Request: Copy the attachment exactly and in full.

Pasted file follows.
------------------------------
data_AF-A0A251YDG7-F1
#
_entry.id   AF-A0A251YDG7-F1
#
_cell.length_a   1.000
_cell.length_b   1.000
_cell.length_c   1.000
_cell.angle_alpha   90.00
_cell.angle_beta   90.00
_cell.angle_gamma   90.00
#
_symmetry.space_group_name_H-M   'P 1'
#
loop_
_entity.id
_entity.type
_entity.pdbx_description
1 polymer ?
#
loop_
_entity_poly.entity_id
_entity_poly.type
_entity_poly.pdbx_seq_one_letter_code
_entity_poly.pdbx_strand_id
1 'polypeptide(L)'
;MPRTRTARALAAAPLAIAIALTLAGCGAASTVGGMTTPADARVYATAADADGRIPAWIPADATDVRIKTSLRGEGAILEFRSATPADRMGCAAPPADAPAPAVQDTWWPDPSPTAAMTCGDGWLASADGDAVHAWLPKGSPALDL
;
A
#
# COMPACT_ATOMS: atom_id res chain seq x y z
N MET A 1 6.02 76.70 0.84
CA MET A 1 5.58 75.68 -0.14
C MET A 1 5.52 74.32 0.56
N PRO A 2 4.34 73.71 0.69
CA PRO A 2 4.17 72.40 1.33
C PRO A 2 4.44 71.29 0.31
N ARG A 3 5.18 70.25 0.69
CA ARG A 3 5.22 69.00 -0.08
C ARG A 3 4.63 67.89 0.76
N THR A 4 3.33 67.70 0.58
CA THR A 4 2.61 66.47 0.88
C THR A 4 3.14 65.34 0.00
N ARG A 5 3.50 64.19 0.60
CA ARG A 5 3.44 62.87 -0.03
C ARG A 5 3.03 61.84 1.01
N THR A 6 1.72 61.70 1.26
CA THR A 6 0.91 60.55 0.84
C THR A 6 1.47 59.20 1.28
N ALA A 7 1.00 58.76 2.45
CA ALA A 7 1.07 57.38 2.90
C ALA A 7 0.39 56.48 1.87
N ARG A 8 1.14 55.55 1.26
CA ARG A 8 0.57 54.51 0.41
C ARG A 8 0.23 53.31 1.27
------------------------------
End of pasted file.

data_AF-A0A251YDG7-F1
#
_entry.id   AF-A0A251YDG7-F1
#
_cell.length_a   1.000
_cell.length_b   1.000
_cell.length_c   1.000
_cell.angle_alpha   90.00
_cell.angle_beta   90.00
_cell.angle_gamma   90.00
#
_symmetry.space_group_name_H-M   'P 1'
#
loop_
_entity.id
_entity.type
_entity.pdbx_description
1 polymer ?
#
loop_
_entity_poly.entity_id
_entity_poly.type
_entity_poly.pdbx_seq_one_letter_code
_entity_poly.pdbx_strand_id
1 'polypeptide(L)'
;MPRTRTARALAAAPLAIAIALTLAGCGAASTVGGMTTPADARVYATAADADGRIPAWIPADATDVRIKTSLRGEGAILEFRSATPADRMGCAAPPADAPAPAVQDTWWPDPSPTAAMTCGDGWLASADGDAVHAWLPKGSPALDL
;
A
#
# COMPACT_ATOMS: atom_id res chain seq x y z
N MET A 1 6.02 76.70 0.84
CA MET A 1 5.58 75.68 -0.14
C MET A 1 5.52 74.32 0.56
N PRO A 2 4.34 73.71 0.69
CA PRO A 2 4.17 72.40 1.33
C PRO A 2 4.44 71.29 0.31
N ARG A 3 5.18 70.25 0.69
CA ARG A 3 5.22 69.00 -0.08
C ARG A 3 4.63 67.89 0.76
N THR A 4 3.33 67.70 0.58
CA THR A 4 2.61 66.47 0.88
C THR A 4 3.14 65.34 0.00
N ARG A 5 3.50 64.19 0.60
CA ARG A 5 3.44 62.87 -0.03
C ARG A 5 3.03 61.84 1.01
N THR A 6 1.72 61.70 1.26
CA THR A 6 0.91 60.55 0.84
C THR A 6 1.47 59.20 1.28
N ALA A 7 1.00 58.76 2.45
CA ALA A 7 1.07 57.38 2.90
C ALA A 7 0.39 56.48 1.87
N ARG A 8 1.14 55.55 1.26
CA ARG A 8 0.57 54.51 0.41
C ARG A 8 0.23 53.31 1.27